It is estimated that up to 50% of all phone calls in the US are robocalls.
Lets start first by understanding what a robocall is. A robocall is a phone call that uses a computerized autodialer or software to deliver a prerecorded message. Robocalls are often used for telemarketing but can also used for public service and emergency announcements.
Robocalls are often used for telemarketing but can also used for public service and emergency announcements.
Robocalls are illegal in the United States, if you haven't agreed to be called, or don't have an existing business relationship with the caller. The only exceptions are for political or charitable causes, which are authorized by law in some states even without consent. According to the BBB, the Federal Telemarketing Sales Rule prohibits recorded sales messages unless you have given written permission for the caller to contact you. The means a robocall trying to sell you something is illegal unless a company has your written permission to call you that way.
Under the Federal Trade Commision (FTC) rules some robocalls are legal, even if you did not provide permission. They include:
1. Informational Messages - Calls that provide information, like appointment reminders or flight delays are legal in the US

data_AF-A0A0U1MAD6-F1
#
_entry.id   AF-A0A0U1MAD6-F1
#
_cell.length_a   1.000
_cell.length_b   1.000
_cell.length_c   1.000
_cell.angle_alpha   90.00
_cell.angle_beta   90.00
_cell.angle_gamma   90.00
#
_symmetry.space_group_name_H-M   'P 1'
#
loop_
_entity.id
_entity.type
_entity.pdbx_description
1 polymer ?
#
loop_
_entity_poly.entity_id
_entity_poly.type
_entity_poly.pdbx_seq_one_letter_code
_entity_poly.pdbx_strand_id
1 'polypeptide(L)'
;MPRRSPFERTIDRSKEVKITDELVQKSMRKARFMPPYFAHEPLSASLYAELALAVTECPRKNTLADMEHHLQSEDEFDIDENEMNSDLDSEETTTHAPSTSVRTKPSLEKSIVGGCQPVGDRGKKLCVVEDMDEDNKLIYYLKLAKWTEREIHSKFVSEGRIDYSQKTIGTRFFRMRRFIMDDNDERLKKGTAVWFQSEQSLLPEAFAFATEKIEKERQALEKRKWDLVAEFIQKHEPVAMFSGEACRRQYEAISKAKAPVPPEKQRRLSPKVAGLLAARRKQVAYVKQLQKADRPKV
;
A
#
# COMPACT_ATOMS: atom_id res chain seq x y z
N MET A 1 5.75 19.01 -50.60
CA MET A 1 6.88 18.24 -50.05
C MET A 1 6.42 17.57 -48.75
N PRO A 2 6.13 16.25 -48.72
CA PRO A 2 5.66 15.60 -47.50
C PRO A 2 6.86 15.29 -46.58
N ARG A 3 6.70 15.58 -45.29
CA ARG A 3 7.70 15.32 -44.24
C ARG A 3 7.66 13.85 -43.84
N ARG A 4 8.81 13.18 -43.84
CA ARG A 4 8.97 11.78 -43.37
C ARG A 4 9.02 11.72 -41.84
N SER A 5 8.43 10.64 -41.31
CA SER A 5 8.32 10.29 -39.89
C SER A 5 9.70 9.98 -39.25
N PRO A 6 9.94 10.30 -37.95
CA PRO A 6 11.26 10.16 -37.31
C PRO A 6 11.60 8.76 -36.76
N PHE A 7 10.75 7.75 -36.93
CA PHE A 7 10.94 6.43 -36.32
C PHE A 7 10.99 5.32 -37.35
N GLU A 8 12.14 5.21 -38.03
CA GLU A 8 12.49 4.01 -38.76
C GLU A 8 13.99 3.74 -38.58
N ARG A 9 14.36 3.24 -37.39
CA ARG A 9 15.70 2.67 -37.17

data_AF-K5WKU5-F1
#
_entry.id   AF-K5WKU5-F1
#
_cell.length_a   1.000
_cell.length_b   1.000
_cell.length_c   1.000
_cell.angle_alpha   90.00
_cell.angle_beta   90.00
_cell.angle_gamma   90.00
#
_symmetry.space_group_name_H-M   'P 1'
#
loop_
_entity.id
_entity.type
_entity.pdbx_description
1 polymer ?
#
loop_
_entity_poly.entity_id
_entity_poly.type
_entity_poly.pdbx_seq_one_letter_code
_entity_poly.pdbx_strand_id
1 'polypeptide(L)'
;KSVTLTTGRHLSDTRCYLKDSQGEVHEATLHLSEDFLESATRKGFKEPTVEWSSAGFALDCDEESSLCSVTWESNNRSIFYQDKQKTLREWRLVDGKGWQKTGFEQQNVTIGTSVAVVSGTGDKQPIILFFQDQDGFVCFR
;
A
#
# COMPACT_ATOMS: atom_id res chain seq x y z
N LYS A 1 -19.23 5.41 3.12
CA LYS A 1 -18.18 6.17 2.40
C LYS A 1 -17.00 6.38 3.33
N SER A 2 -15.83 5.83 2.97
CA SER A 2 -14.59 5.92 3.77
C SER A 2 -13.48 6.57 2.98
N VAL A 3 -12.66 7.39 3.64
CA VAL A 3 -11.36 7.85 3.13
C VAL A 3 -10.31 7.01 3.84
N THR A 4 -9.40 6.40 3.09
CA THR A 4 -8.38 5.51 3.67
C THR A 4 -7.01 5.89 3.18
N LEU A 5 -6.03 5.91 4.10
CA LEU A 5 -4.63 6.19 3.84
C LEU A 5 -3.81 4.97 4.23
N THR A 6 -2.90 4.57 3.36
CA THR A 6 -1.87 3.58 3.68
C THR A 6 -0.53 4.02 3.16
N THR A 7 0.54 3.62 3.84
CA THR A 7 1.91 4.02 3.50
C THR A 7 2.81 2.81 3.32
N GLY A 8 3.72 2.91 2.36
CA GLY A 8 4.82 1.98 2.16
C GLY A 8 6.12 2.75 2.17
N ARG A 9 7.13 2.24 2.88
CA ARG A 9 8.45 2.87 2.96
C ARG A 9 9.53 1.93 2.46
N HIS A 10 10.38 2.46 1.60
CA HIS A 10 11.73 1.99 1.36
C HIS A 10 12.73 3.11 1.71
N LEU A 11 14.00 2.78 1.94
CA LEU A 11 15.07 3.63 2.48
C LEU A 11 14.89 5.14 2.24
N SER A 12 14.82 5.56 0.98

2. Debt Collection Calls - Businesses can legally contact you to collect a debt. However companies that use robocalls that are attempting to sell you their service to reduce a debt are illegal.
3. Political Calls - Politicians can use robocalls as a means of marketing.
4. Charities - Charities are able to make robocalls, however if they use a third party to make the robocalls they may only contact members or prior donors. Additionally charities making robocalls must provide an automated option to opt out of future calls.
In 2020 President Trump signed bipartisan legislation that expanded the power of the FCC (Federal Communications Commision) to deter unwanted spam calls. The legislation reinforced the responsibility of the individual phone companies to protect their consumers. That said, just because legislation exists, does not mean that disreputable companies or individuals will stop the practice of unsolicited calls. The Telephone Robocall Abuse Criminal Enforcement and Deterrence Act (also known as TRACED Act), increased fines on spam robocallers from $1500 per call to $10000 per illegal call. The Act also required the FCC and Telecom Providers to develop a system to inform customers when they receive a "spoofed" call.
A spoofed call makes it appear that it originated from a different number or company than it actually originated from. Hiding a caller's true identity or faking a caller ID number, and placing telemarketing calls is illegal in the US, unless the consumer has given their expressed written permission. Unfortunately, many of the of the robocalls Americans receive originate overseas and it has been a challenge to track and prosecute the perpetrators.
How to Stop Robocalls on Cell Phones